Skip to content

Hitler’s War — how the Wermacht wanted the world to see Germany’s prosecution of World War II

18 June 2014

Hitler’s War — how the Wermacht  wanted the world to see Germany’s prosecution of World War II

Hitler’s War: World War II as portrayed by SIGNAL, the international Nazi Propaganda Machine, Jeremy Harwood, 2014, ISBN 9780760346211, 224 pp.

Hitler's War: World War II as portrayed by SIGNAL, the international Nazi Propaganda Machine by Jeremy Harwood

Hitler’s War: World War II as portrayed by SIGNAL, the international Nazi Propaganda Machine by Jeremy Harwood

Jeremy Harwood has written another fine book and one which is quite unusual as well as one which saves a significant aspect of history how World War II Germany tried to influence world opinion in its march for conquest of Europe.

Harwood has brought readers a requiem of the defunct photo-essay magazine, Signal. Back in the day when magazines of this genre were king, publications such as Life, the German Army (Wermacht) published Signal in multiple languages and distributed millions upon millions of issues throughout neutral countries as well as countries occupied by Germany during the near entirety of World War II.

Harwood states that Signal was “Nazi Propaganda Magazine” but this may be an overgeneralization. This is because it was published and controlled by the Wermachtand not the Nazi propaganda machine (Reichs Ministry of Public Enlightenment and Propaganda) run by the infamous (also, and unfortunately, incredibly succesful Joseph Goebbels). That it certainly spun the news cannot be rationally argued but it may not be propaganda, per se.

Or maybe it is?

Harwood takes the reader through the years of distribution which fueled the ravenous appetites of its readership which searched for news and understanding during a time when Europe was either aflame or at least under threat. The magazine is well written but it is the photos which made it popular. News quality images brought to readers in graphic and expressive black and white images as well as center spreads done in color which were rare for the day. Victories were enthusiastically portrayed (the early Blitzkrieg for example) and defeats were spun (such as those in Russia as well as the Allied bombing campaign). What could not be spun simply went unreported (there is no mention of the “Final Solution” or slave labor or other atrocities). The book has 200 images which are evenly divided between color as well as black and white.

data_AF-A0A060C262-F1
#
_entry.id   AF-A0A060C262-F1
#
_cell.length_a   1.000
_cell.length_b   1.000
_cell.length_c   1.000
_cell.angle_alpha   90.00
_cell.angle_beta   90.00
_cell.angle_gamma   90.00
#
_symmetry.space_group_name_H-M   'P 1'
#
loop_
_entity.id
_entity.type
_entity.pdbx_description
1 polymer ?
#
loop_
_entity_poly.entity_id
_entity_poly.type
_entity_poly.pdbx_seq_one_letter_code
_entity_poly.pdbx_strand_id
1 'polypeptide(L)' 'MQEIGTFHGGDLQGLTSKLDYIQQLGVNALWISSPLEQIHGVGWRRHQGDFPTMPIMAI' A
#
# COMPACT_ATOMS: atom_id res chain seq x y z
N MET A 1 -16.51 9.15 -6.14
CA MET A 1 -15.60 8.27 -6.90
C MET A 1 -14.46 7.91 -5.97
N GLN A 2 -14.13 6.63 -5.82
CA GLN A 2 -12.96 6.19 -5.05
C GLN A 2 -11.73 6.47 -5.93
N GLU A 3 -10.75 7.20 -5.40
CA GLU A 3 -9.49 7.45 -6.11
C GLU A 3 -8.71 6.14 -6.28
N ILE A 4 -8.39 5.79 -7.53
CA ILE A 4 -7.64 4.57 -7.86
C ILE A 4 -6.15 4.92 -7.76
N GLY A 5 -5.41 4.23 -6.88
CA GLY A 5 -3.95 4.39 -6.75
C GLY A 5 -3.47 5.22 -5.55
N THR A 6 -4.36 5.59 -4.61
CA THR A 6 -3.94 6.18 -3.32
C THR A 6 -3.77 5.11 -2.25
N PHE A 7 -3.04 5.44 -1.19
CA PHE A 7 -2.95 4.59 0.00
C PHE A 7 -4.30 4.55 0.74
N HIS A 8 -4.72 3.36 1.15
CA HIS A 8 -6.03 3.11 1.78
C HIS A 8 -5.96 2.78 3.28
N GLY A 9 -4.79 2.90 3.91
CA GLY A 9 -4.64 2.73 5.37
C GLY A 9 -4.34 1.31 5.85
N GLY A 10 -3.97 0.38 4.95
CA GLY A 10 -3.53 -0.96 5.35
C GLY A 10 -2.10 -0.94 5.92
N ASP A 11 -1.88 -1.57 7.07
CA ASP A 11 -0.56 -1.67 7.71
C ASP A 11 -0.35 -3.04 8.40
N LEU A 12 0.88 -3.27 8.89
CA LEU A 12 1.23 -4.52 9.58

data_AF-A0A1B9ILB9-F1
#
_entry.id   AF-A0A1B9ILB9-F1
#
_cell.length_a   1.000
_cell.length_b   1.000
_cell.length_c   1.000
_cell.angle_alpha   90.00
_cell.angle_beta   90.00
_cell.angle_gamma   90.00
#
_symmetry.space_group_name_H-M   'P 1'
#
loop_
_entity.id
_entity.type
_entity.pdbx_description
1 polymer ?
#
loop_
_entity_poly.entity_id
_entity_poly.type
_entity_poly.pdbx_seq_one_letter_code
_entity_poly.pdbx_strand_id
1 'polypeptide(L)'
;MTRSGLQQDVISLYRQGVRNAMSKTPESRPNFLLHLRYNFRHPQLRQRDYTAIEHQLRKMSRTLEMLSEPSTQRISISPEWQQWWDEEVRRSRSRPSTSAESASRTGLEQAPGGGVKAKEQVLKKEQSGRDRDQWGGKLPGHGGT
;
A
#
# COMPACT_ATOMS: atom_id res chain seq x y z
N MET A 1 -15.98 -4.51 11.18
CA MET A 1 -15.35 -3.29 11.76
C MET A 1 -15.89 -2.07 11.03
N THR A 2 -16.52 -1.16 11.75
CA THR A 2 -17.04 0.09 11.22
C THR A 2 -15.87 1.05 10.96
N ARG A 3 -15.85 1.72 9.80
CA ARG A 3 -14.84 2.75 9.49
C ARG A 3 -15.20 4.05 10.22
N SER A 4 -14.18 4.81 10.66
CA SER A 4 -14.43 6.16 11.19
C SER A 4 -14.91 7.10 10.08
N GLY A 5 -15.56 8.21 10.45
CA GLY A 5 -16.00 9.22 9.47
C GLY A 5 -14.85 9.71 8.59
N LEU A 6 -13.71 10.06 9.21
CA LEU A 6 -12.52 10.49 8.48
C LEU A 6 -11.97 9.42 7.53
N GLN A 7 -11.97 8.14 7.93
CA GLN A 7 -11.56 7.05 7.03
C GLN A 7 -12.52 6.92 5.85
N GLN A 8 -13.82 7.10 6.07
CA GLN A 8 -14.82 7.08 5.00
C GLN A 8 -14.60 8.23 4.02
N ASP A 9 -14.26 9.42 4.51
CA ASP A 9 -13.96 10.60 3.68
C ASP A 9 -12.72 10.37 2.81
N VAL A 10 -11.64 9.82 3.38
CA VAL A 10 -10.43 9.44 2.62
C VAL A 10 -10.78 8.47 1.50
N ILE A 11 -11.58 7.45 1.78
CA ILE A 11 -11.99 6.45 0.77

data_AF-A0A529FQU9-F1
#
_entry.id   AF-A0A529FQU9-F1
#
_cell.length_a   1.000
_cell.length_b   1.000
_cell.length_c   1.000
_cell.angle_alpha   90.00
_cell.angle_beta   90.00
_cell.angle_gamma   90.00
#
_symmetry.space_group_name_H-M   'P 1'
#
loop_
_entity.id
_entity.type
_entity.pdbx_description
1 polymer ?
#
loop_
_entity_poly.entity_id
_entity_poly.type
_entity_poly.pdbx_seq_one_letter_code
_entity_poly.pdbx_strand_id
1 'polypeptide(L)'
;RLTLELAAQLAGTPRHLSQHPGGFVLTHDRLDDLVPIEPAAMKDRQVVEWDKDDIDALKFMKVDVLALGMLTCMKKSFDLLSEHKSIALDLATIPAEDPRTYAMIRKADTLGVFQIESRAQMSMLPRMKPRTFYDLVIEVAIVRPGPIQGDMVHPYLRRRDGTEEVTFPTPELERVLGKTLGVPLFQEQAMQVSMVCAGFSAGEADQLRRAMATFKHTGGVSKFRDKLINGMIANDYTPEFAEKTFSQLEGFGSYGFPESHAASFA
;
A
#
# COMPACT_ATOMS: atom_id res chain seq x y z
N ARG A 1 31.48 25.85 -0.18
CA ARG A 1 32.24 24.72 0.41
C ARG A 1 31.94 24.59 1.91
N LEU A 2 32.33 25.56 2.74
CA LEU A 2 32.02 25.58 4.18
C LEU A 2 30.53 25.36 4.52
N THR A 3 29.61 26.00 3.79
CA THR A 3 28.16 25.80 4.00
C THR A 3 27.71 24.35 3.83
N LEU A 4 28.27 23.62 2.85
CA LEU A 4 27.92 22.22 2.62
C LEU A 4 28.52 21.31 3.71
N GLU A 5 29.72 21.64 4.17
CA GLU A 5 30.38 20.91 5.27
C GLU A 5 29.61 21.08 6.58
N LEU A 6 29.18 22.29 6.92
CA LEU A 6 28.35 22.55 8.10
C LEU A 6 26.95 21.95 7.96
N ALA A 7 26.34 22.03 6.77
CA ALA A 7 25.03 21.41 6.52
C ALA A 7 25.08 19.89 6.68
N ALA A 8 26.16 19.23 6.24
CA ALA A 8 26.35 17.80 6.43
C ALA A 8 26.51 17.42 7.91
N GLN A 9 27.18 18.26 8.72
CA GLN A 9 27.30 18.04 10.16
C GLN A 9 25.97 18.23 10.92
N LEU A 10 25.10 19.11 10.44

Signal’s journalism is not objective but neither do the well captioned photos unequivocally lie as we generally think of with the practice of propaganda. The photos are most often emotive, showing people suffering hardship and overcoming privation as well as martial photos of aircraft, artillery and soldiers. Many images are not commonly seen as is the practice of not showing the defeated in any light other than being defeated. Many of them are absolutely and unexpectedly jarring. One example is of three Luftwaffe Dornier Do 17 bombers flying past the Acropolis. Another is of soldiers taking advantage of an underground structure in the hot North African desert with an infantryman climbing a ladder through rays of sunlight streaming through the access hole.

More can be learned of the time by the photographs of various entertainers as well as the advertisements pertinent to the time. The type is small, like the magazine, but makes for incredibly rich reading in this book which is published in Signal’s original large format.

This book is important to read for the reasons given above but also for today’s world. Being able to recognize when the news has the appearance of being objectively reported when it is in fact not is a necessary skill for the 21st Century. This may be Harwood’s greatest gift with the writing of Hitler’s War: World War II as portrayed by Signal the international Nazi propaganda magazine.

The logo of "Signal"

<><><><><><><>

As is the publishing business custom, Zenith Press and On-line Bookstore provided a copy of this book for an objective review.

Advertisements
No comments yet

Leave a Reply

Fill in your details below or click an icon to log in:

WordPress.com Logo

You are commenting using your WordPress.com account. Log Out / Change )

Twitter picture

You are commenting using your Twitter account. Log Out / Change )

Facebook photo

You are commenting using your Facebook account. Log Out / Change )

Google+ photo

You are commenting using your Google+ account. Log Out / Change )

Connecting to %s

%d bloggers like this: